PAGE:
Cape Times

Orches­tra cel­e­brates 100 years of mu­sic

- Zolan Kanno-Youngs Arts · Classical Music · Cape Town · United Kingdom · Michelle Williams · Adolph Hallis

THE year 1914 will al­ways be re­mem­bered for the start of World War I, but for the Cape Phil­har­monic Orches­tra (CPO), it was the be­gin­ning of what will be a 100-year legacy on Fe­bru­ary 28.

Theo Wendt opened the orches­tra’s first con­cert with the Over­ture to Die Meis­tersinger, on that day in 1914.

“The pas­sion, the ded­i­ca­tion, the fact that th­ese guys work their butts off for not mar­ket-re­lated salaries; that’s al­ways been con­sis­tent,” CPO strate­gic mar­ket­ing con­sul­tant Shirley de Kock Gueller said.

In 1914, when it was called the Cape Town Mu­nic­i­pal Orches­tra, it was made up of 14 mem­bers, com­pared to its cur­rent 47. The orches­tra, in­clud­ing pian­ist Adolph Hal­lis, was given an op­por­tu­nity to tour to the UK in 1925 with Leslie He­ward as the com­poser.

Af­ter He­ward, fol­lowed Wil­liam Pick­er­ill, En­rique Jorda and Al­bert Coates who served as the orches­tra’s com­posers, be­fore David Tid­boald took over in 1960.

He com­posed trom­bon­ist Michael Nixon’s first per­for­mance in 1972 when it was then called the Cape Town Sym­phony Orches­tra.

Nixon said he re­mem­bered how dif­fer­ent the au­di­ence was in the 1970s com­pared to to­day.

“Be­cause of apartheid and pol­i­tics, peo­ple of colour were not al­lowed to go or they were dis­cour­aged,” Nixon said.

When CPO prin­ci­pal sec­ond vi­olin­ist Michelle Wil­liams was learn­ing the craft, she was alien­ated as a re­sult of the gov­ern­ment re­quir­ing peo­ple of colour to have a per­mit to at­tend the con­certs in the 1960s.

“When 1961 came, they said now you can’t go to con­certs any­more, you need a per­mit and if you went, you had to sit at the back,” Wil­liams said.

The un­fair treat­ment didn’t end, even when Wil­liams joined the orches­tra in the 1980s.

While mem­bers of the orches­tra stood up in her de­fence, she didn’t see any changes for more than five years un­til the orches­tra was no longer owned by the mu­nic­i­pal­ity which also re­sulted in a dip in fund­ing.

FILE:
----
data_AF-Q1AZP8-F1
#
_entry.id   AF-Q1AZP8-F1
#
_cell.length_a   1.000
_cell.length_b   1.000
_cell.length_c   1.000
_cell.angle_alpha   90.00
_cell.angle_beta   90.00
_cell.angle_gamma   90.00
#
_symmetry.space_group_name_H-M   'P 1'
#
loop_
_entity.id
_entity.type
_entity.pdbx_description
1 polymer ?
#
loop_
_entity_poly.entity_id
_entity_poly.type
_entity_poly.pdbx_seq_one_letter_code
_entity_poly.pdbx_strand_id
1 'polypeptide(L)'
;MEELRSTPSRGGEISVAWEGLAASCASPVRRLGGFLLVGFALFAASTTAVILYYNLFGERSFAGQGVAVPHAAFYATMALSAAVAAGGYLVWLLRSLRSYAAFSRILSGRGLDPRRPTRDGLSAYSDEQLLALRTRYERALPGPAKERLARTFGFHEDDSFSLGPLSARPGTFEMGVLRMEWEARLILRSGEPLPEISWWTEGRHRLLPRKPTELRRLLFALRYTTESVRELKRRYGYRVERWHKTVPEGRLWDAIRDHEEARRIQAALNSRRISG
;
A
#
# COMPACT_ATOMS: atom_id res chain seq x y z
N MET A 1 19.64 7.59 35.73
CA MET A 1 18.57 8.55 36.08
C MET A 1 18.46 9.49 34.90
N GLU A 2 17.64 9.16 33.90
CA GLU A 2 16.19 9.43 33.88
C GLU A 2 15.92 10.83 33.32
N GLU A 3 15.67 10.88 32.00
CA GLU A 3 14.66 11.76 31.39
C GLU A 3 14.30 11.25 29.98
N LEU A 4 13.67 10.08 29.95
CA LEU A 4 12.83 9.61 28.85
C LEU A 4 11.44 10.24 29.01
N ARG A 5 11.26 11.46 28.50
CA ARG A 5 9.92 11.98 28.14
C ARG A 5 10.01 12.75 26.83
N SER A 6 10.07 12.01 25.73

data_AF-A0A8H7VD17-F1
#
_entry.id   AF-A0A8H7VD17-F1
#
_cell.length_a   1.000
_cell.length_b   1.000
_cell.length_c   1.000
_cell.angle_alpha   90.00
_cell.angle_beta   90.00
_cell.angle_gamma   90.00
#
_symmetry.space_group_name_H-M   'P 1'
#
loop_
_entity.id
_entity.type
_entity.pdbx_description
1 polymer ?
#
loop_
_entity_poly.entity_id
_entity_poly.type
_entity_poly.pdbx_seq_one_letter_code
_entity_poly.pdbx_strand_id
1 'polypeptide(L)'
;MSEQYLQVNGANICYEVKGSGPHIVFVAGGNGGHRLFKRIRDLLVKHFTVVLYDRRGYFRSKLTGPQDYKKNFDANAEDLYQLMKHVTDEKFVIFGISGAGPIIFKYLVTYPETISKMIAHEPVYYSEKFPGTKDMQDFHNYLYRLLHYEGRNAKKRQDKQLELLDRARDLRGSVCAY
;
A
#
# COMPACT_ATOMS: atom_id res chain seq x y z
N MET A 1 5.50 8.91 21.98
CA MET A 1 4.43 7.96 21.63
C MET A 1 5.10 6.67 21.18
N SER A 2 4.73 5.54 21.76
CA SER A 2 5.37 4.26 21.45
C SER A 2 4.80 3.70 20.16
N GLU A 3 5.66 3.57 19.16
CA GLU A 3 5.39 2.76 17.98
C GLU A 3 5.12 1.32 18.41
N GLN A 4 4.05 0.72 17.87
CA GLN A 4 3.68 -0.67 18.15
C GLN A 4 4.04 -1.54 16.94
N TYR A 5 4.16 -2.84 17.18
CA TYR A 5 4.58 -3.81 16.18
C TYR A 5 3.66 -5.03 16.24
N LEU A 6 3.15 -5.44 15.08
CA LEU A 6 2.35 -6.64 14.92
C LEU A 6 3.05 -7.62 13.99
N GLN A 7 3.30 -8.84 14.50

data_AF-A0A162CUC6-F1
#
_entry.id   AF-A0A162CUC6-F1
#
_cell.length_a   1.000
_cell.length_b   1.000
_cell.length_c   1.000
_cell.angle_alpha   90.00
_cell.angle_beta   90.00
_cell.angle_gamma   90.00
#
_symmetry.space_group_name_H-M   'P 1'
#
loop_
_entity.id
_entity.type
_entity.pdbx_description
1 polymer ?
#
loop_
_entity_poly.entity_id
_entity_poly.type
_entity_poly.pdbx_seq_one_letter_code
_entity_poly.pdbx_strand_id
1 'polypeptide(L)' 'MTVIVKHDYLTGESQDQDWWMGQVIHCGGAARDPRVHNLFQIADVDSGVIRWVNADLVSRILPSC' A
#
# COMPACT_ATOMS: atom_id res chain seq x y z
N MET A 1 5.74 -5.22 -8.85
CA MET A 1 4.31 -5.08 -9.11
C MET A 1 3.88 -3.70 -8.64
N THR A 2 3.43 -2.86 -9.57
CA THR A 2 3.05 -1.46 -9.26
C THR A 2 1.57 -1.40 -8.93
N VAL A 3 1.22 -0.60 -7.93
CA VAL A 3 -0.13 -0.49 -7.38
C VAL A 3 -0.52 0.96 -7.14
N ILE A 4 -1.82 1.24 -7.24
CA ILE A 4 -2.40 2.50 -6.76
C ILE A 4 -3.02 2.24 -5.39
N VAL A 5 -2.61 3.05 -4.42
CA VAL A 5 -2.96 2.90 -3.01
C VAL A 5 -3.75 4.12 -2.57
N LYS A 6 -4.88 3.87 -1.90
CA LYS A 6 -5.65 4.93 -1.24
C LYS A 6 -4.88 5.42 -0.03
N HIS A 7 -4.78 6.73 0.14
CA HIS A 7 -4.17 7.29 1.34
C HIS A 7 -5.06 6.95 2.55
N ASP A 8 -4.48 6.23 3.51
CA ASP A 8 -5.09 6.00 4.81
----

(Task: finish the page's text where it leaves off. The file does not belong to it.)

“We’ve got this de­vel­op­ment of chil­dren that are com­ing up now,” Wil­liams said, re­fer­ring to the CPO Out­reach and Ed­u­ca­tion pro­gramme, which was launched in 2003.

The pro­gramme fo­cuses on de­vel­op­ing the next gen­er­a­tion of mu­si­cians by pro­vid­ing in­stru­ments, study grants and teach­ing ses­sions in town­ships.

CPO chief ex­ec­u­tive Louis Heyne­man said he could al­ready fore­see the out­reach pro­gramme driv­ing more change in the orches­tra’s cul-

The out­reach pro­gramme fo­cuses on de­vel­op­ing the next gen­er­a­tion of mu­si­cians

 ?? Picture: COURT­NEY AFRICA ?? NOW: Jill King prac­tises along­side her fel­low Cape Phil­har­monic Orches­tra vi­ola play­ers dur­ing re­hearsal yes­ter­day at the Artscape theatre.
Picture: COURT­NEY AFRICA NOW: Jill King prac­tises along­side her fel­low Cape Phil­har­monic Orches­tra vi­ola play­ers dur­ing re­hearsal yes­ter­day at the Artscape theatre.
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 ??  ?? ture in the years to come.
“Our audiences are too white at this stage but there is some change be­cause once you have these youth or­ches­tras play­ing, 80 to 90 per­cent of them are peo­ple of colour and their rel­a­tives are com­ing to con­certs, get­ting...
ture in the years to come. “Our audiences are too white at this stage but there is some change be­cause once you have these youth or­ches­tras play­ing, 80 to 90 per­cent of them are peo­ple of colour and their rel­a­tives are com­ing to con­certs, get­ting...

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